Inside Mounjaro factory trying to meet 300% demand increase of drug used for weight loss
02:50 - Source: CNN
CNN  — 

A new study suggests people taking popular injected medications for weight loss, including Wegovy, Ozempic, Saxenda and Victoza, may be at higher risk for serious digestive problems such as stomach paralysis, pancreatitis, and bowel obstructions, compared with those taking other types of weight loss medications.

The study found risks of these events happening to individual patients appears to be rare — about 1% of people taking Ozempic were diagnosed with stomach paralysis, for example. But demand for the drugs has exploded, with tens of millions now taking them worldwide. Researchers say even rare risks like these may amount to hundreds of thousands of new cases.

“When you have millions of people using these drugs, you know, a 1% risk still translates to many people who may experience these events,” said lead study author Dr. Mahyar Etminan, an epidemiologist at the University of British Columbia.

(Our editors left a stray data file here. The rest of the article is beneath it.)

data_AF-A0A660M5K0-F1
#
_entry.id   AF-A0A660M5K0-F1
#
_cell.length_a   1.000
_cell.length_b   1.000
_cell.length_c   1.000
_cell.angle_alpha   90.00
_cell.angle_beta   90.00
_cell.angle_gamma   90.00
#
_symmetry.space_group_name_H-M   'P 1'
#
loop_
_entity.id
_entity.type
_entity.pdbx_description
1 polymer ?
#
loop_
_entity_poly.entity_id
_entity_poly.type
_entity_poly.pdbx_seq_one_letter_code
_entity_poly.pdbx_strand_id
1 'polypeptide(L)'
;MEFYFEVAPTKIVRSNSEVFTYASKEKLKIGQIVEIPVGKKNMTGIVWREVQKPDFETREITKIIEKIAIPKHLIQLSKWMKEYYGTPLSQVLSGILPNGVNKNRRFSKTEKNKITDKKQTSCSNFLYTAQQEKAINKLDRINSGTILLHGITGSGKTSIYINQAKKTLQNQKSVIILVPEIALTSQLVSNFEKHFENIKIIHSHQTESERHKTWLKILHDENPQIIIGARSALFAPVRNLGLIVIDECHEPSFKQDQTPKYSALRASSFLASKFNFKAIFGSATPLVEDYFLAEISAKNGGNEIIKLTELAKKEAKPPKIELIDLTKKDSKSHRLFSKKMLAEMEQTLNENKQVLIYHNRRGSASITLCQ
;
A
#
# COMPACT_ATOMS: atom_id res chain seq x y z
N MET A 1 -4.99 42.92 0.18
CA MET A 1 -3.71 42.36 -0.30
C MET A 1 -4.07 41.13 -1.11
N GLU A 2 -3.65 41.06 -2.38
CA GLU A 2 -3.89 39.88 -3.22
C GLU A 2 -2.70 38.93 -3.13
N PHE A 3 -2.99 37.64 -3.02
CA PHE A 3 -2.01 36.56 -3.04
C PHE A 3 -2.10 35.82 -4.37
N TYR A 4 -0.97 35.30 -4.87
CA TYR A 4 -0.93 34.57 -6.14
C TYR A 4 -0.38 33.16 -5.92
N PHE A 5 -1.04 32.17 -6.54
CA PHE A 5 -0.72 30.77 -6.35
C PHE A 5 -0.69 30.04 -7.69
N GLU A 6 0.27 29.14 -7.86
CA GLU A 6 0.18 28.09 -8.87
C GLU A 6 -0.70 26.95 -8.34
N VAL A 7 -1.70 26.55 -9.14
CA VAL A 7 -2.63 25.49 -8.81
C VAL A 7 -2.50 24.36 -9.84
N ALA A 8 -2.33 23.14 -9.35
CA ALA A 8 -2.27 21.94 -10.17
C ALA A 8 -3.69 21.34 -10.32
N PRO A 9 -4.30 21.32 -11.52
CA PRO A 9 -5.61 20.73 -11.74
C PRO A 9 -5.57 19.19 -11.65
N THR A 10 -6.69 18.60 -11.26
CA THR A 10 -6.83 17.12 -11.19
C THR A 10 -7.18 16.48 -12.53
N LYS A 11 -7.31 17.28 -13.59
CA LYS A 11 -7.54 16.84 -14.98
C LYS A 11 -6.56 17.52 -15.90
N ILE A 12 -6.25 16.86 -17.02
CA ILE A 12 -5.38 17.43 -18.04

The study authors also note that these problems are not mild. Bowel obstructions, for example, can be medical emergencies.

Previous CNN reporting highlighted cases of stomach paralysis in people who had taken these drugs and the lack of warning about that specific side effect to patients.

The prescribing information for Wegovy and Saxenda does caution about a host of serious side effects including inflammation of the pancreas, gallbladder problems, blocked intestines, kidney problems, serious allergic reactions, increased heart rate, suicidal thoughts, and changes in vision or people who also have diabetes. A warning about ileus, or blocked intestines, was also just added to Ozempic’s warning label.

The labels also note the most common side effects are nasuea, vomiting and constipation. They also strongly warn people with a history of certain types of hereditary thyroid cancers against taking the medications.

For the study, which published as a research letter in JAMA, researchers at the University of British Columbia sifted through a random sample of more than 16 million insurance claims from a prescription drug database that covers about 93% of all outpatient prescriptions in